Sheryl Sandberg: Mother of the Empire Facebook

Sheryl Sandberg (Washington, 1969) announced last week that she was leaving Meta after 14 years as Mark Zuckerberg's right-hand man.

NewsEditor
NewsEditor
11 June 2022 Saturday 18:32
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Sheryl Sandberg: Mother of the Empire Facebook

Sheryl Sandberg (Washington, 1969) announced last week that she was leaving Meta after 14 years as Mark Zuckerberg's right-hand man. A decision that has had a profound impact on the powerful American company – which controls Facebook, Instagram and WhatsApp – as well as in the Silicon Valley environment, which experiences the departure of this directive as a loss of influence of women in the technological community. . She will be replaced in the fall by the Spanish Javier Oliván, a veteran executive in the company.

Facebook – and the social media industry in general – wouldn't be the same without Sandberg's legacy. She is the architect of the formula that has allowed Meta to become a big tech. She created the personalized advertising system, which delivers ads based on users' preferences and personal data, rather than just Google searches. A system that is not exempt from criticism, but that feeds most of the company's income statement. When Sandberg signed for Facebook in 2008, the turnover was barely 260 million dollars. Now, it exceeds 118,000 million annually. "I think I came to this planet with the purpose of scaling businesses," said the director in the past, according to various specialized media.

Born into a Jewish family – her father was an ophthalmologist and her mother a French teacher – her intelligence already stood out at school. Therefore, it was easy for her to enter the prestigious Harvard University, where she graduated in Economics. After finishing her studies, her professional career has always been in the highest spheres.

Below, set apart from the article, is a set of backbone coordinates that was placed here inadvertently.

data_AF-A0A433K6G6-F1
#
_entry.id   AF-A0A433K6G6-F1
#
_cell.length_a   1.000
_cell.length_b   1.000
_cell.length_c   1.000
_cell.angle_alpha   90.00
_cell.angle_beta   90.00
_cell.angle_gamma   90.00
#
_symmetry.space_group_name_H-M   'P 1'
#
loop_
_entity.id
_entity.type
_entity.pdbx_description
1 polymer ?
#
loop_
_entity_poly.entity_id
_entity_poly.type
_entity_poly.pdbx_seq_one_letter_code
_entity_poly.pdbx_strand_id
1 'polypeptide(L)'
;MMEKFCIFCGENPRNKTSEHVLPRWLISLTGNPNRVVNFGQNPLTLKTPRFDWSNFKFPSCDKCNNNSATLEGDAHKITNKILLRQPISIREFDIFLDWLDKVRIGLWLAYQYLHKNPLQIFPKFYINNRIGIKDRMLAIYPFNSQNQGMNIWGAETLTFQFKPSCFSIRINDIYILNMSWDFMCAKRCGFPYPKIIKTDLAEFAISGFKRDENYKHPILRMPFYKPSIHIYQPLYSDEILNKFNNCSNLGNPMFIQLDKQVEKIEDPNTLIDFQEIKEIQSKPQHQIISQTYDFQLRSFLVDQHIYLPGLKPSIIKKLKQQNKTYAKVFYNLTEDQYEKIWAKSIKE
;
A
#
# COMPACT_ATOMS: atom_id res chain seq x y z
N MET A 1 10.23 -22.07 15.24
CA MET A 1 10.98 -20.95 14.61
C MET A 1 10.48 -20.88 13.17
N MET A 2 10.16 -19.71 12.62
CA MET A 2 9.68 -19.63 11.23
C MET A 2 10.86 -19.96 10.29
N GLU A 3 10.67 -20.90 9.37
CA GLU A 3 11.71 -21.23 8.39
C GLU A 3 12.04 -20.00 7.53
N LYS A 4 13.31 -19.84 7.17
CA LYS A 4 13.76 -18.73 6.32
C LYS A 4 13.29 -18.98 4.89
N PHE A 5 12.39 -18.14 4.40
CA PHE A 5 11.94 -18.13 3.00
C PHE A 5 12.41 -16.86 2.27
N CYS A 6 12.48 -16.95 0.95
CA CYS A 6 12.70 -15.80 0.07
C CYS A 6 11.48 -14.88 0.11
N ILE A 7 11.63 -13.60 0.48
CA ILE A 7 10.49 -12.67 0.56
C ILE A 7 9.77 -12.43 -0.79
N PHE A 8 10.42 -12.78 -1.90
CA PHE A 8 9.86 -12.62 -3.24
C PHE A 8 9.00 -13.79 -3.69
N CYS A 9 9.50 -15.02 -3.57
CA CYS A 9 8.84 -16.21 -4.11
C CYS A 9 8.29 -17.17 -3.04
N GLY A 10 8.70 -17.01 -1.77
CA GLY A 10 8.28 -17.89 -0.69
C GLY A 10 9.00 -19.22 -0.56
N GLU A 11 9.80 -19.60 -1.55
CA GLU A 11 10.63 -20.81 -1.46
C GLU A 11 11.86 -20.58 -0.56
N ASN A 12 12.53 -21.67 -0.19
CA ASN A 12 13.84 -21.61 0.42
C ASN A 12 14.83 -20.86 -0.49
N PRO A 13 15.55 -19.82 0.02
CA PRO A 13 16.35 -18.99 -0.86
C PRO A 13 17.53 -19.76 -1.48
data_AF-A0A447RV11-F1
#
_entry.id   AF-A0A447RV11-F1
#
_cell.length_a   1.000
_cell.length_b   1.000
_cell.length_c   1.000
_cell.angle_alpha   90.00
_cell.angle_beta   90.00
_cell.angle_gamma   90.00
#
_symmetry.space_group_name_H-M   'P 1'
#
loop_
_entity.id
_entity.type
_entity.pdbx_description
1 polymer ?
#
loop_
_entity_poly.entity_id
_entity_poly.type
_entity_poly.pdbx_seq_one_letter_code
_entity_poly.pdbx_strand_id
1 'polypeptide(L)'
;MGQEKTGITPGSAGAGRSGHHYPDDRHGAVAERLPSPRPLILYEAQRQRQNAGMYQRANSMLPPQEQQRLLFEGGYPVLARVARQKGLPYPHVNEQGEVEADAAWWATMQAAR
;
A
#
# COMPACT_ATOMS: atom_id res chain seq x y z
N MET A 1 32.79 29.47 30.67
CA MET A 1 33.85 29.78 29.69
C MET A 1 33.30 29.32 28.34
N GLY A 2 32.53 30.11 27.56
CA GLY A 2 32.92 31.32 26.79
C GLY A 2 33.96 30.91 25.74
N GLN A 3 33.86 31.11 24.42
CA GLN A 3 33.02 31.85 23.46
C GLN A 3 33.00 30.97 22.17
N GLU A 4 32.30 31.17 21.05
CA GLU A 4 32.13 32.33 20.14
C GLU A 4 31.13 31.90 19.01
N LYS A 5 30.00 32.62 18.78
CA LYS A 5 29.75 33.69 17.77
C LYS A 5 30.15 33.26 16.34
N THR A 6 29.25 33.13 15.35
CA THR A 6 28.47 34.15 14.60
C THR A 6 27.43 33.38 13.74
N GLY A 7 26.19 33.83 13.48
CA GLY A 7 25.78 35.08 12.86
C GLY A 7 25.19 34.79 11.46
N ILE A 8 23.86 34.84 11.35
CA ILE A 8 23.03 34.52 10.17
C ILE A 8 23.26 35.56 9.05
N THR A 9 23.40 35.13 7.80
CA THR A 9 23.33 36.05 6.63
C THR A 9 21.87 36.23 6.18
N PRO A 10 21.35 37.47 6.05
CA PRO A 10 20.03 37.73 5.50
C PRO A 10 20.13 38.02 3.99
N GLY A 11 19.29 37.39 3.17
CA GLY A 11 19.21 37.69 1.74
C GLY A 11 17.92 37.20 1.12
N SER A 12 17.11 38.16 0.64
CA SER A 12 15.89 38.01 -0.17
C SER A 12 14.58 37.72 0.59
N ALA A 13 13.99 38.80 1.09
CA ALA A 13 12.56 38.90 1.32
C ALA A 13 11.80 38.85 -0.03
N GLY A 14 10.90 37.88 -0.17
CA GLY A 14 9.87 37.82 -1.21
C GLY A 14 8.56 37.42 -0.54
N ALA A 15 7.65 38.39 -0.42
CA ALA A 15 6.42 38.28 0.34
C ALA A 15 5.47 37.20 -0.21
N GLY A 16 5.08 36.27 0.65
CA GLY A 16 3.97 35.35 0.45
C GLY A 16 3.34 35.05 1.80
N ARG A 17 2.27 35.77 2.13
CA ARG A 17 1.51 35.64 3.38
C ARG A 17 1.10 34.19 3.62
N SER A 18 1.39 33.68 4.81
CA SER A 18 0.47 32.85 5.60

It has passed through the consulting firm McKinsey, the World Bank and the Secretary of the Treasury during the mandate of Bill Clinton. Her first contact with the technology industry was in 2000, when she signed on as Google's vice president of operations with the aim of developing the online advertising strategy. It was in the year 2007, when she met Zuckerberg at a Christmas party. As soon as they met, the young entrepreneur – who was 23 years old unlike her, 38 at the time – was clear that he needed her on her team.

They agreed that he would handle product and engineering and she would handle operations, advertising, and regulatory issues. The formula worked longer than expected. As she later acknowledged, she only intended to remain in office for five years and not the 14 that she has finally lasted. The exponential growth of the business kept her at the company, although her relationship with Zuckerberg began to erode in recent years.

She was never very enthusiastic about the metaverse strategy (which has prompted the company's name change to Meta), although it was really the espionage scandal with Cambridge Analtyica that damaged the harmony between the two. In fact, the image of the board has also been touched by other episodes in which she has been accused of not stopping hateful messages in time, such as those spread during the assault on the Capitol. Even among the feminist group, it has received criticism despite having been an emblem of the conciliation of women in the company and having published the bestseller Let's Go Forward: Women, work and the will to lead. She dislikes writing it from a privileged perspective and for having tolerated gender discrimination in social network posts. Lawyer Shaunna Thomas, from the Ultraviolet collective, recently lamented to the AP agency that Sandberg "has contributed to making the networks an insecure place for women, especially for those of color."

The directive – which today accumulates a fortune of 1,300 million dollars, according to Forbes – will now dedicate itself to philanthropy and family. She is the mother of two children and was married to Dave Goldberg, an entrepreneur and former director of Yahoo, who died in 2015. Now, Sandberg has found a new partner, television producer Tom Bernthal, whom she hopes to marry soon.

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